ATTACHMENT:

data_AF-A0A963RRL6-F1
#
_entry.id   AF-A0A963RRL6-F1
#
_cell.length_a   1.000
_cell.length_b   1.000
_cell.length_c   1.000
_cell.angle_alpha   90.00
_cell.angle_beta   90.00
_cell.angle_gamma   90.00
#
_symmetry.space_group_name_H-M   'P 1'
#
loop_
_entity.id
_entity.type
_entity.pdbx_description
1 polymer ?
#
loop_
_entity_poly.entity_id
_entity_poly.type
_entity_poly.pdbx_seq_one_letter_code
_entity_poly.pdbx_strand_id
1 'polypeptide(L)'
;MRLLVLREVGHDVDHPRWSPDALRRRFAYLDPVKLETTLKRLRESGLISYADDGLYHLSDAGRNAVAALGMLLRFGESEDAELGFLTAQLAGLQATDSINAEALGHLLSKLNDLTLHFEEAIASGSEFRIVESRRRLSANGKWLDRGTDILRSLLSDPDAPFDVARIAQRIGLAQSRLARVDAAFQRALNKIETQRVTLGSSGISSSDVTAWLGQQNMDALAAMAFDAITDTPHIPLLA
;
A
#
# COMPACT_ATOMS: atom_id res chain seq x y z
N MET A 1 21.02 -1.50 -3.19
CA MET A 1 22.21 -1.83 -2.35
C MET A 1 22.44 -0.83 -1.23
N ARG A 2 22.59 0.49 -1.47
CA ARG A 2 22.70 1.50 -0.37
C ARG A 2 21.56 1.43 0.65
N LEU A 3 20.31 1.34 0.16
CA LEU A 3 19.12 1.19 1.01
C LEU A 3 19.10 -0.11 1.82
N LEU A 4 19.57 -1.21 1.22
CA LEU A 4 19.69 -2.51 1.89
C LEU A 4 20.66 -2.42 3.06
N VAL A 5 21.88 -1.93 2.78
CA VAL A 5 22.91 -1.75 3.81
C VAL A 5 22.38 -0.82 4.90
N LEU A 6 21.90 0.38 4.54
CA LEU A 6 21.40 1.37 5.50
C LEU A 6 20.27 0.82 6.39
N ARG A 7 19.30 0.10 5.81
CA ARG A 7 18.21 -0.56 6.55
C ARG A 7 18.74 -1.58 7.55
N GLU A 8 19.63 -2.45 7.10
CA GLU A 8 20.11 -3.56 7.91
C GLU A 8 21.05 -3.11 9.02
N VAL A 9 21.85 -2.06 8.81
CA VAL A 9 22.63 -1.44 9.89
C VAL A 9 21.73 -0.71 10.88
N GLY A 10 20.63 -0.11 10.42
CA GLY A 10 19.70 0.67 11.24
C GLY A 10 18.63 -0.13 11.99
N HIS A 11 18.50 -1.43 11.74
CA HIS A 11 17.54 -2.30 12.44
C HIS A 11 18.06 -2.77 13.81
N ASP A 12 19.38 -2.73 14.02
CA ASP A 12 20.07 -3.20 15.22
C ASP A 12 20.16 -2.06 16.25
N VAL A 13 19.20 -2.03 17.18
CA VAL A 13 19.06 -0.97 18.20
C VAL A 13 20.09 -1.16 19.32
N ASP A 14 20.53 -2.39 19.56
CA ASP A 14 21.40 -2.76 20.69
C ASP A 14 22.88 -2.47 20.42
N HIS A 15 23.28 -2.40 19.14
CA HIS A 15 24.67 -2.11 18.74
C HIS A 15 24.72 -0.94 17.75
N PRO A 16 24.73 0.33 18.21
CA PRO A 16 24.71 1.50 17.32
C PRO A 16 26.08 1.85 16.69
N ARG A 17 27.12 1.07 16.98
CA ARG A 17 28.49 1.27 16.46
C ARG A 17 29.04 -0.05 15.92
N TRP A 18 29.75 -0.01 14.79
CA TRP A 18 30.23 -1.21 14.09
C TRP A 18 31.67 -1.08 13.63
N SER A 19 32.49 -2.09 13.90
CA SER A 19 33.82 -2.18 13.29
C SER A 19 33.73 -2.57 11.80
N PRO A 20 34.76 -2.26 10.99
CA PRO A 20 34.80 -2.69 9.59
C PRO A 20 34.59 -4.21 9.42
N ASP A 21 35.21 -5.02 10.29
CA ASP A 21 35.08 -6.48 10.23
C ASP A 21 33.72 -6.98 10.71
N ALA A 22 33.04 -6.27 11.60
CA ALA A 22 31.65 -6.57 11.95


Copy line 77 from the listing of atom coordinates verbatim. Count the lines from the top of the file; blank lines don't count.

CA PRO A 16 24.71 1.50 17.32